Both branches meet requirements by the state for funding and grants and by the Bergen County Cooperative Library System, a consortium of Bergen, Hudson, Passaic and Essex public libraries, from which items can be borrowed, Coyl said.
Libraries in New Jersey are semi-autonomous organizations, Coyl said. By state law, the board of trustees is the governing body of the library and decides how it will use the building and hours of operation, personnel policies, and prepares and controls its budget. Coyl said that due to the law the board can’t turn over its power to the township in reference to any changes in hours or closures requiring the township’s approval.
Within 24 hours of the Oct. 18 meeting, Coyl said the library provided the township with documentation necessary for the library to receive the additional funding through the current fiscal year that has already been approved by the township, but has yet to receive the funds.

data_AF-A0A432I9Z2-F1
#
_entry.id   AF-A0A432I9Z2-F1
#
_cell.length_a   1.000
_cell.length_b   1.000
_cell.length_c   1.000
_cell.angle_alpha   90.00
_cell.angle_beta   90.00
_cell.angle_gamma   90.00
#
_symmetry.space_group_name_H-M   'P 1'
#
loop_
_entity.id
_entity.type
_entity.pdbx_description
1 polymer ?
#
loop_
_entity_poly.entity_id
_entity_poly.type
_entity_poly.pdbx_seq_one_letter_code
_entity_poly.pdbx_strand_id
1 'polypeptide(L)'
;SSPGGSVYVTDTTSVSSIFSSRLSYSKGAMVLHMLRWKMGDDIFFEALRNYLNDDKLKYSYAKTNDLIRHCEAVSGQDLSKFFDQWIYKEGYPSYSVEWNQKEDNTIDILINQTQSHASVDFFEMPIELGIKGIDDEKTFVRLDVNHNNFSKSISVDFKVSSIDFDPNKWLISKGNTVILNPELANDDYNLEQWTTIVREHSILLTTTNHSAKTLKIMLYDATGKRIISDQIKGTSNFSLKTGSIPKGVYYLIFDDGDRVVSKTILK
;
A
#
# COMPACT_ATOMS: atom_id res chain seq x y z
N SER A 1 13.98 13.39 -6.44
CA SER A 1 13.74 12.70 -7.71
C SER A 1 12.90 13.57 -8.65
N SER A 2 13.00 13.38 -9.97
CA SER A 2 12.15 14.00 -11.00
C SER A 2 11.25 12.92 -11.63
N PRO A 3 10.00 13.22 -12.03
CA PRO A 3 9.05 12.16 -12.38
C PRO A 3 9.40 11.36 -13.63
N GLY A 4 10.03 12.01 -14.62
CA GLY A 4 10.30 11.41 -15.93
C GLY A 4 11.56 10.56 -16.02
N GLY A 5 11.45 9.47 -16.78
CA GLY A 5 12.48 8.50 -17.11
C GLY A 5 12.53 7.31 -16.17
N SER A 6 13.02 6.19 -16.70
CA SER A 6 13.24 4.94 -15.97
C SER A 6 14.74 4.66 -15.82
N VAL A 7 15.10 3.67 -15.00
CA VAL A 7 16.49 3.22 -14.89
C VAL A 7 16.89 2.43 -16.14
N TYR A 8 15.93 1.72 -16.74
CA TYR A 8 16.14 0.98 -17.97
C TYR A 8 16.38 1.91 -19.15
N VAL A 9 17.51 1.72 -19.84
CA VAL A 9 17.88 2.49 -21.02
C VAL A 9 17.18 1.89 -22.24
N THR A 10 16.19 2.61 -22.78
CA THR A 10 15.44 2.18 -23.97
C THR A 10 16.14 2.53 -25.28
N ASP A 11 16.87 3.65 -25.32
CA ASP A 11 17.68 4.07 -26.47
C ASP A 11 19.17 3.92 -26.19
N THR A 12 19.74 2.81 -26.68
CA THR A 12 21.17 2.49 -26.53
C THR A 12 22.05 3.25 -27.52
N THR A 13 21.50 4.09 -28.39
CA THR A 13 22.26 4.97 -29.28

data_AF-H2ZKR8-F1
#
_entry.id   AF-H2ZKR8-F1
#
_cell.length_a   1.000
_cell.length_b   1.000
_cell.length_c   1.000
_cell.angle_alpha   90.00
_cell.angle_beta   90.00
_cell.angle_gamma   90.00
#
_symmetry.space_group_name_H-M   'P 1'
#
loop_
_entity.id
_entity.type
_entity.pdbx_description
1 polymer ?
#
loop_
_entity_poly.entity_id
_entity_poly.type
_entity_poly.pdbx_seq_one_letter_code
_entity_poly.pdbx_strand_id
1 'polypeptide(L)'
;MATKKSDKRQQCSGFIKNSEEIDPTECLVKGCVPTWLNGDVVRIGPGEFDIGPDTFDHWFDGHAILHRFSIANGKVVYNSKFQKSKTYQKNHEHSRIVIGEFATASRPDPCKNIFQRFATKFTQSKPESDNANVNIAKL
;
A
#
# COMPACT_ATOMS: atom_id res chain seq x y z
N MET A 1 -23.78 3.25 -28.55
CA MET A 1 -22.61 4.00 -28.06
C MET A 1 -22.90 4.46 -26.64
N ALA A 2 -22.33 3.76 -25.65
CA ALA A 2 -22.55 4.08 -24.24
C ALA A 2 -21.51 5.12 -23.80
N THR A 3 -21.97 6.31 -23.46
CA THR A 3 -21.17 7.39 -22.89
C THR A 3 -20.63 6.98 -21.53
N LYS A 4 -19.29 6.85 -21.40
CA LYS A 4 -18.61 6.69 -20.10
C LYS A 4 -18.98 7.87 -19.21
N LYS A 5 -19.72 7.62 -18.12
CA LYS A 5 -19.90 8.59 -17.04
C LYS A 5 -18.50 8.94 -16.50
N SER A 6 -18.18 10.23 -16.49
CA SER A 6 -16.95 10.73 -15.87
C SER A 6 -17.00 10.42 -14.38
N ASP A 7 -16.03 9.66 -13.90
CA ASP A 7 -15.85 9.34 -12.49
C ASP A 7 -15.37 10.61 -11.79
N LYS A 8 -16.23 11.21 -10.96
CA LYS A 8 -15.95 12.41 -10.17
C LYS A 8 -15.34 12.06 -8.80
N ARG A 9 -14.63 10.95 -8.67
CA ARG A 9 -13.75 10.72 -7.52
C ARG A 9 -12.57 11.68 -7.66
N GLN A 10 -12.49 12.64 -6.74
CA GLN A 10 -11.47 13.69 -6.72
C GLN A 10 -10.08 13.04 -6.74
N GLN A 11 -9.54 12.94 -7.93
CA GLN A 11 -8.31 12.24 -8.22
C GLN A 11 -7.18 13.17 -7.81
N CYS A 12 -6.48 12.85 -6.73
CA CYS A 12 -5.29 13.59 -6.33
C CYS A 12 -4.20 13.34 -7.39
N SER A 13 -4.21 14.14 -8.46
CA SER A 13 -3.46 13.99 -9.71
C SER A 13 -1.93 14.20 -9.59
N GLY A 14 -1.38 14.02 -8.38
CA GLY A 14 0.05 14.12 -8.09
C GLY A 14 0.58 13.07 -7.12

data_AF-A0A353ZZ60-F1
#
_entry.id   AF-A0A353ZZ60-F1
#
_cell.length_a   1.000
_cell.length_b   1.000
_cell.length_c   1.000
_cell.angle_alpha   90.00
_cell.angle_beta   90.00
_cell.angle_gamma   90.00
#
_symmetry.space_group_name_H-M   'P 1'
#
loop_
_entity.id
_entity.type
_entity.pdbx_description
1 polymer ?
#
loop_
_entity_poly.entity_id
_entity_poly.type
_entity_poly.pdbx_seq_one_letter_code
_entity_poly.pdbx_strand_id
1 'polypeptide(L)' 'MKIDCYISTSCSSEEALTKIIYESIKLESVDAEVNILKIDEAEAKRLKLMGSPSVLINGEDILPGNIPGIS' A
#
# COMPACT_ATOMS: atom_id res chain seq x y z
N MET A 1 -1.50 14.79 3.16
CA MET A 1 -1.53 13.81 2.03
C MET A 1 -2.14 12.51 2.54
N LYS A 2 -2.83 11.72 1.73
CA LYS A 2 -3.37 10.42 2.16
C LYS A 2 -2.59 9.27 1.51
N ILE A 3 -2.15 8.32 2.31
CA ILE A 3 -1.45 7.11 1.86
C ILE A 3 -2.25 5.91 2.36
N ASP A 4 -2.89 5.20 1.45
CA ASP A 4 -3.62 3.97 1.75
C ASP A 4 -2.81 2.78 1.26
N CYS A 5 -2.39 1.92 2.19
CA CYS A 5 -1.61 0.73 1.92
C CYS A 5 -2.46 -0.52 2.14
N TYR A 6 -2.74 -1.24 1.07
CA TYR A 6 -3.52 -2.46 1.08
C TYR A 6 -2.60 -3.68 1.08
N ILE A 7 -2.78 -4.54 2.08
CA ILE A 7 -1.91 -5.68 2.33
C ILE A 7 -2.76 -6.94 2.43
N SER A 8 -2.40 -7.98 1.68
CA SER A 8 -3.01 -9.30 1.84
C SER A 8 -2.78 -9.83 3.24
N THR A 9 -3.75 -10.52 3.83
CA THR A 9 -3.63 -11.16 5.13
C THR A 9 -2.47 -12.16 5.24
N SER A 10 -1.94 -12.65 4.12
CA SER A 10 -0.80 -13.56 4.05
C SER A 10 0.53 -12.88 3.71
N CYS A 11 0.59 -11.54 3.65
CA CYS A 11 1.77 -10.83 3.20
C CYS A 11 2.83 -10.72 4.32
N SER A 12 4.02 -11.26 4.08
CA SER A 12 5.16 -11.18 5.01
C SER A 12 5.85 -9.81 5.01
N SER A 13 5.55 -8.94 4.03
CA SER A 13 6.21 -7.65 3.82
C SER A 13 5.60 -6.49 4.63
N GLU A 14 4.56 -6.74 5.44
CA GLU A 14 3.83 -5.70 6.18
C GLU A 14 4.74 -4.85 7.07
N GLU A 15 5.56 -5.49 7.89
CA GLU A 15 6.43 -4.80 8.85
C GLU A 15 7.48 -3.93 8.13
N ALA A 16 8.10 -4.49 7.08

In a letter to the editor, Mary Packer, executive director of the Montclair Public Library Foundation, questioned why the township had not yet released funds already promised to the library for 2021.
In 2022, the library’s required funding will jump to $2.8 million, and it plans to ask for a little less than what it received in 2021, Coyl said.
Councilman Peter Yacobellis said he doesn’t feel that the proposed agreement drafted specifically for the library is warranted if it isn’t consistently applied to other institutions that receive discretionary funding from the township.
“So while I of course respect the need for prudent financial management of all of our institutions, I’m far from convinced that this action is justified at this time,” he said.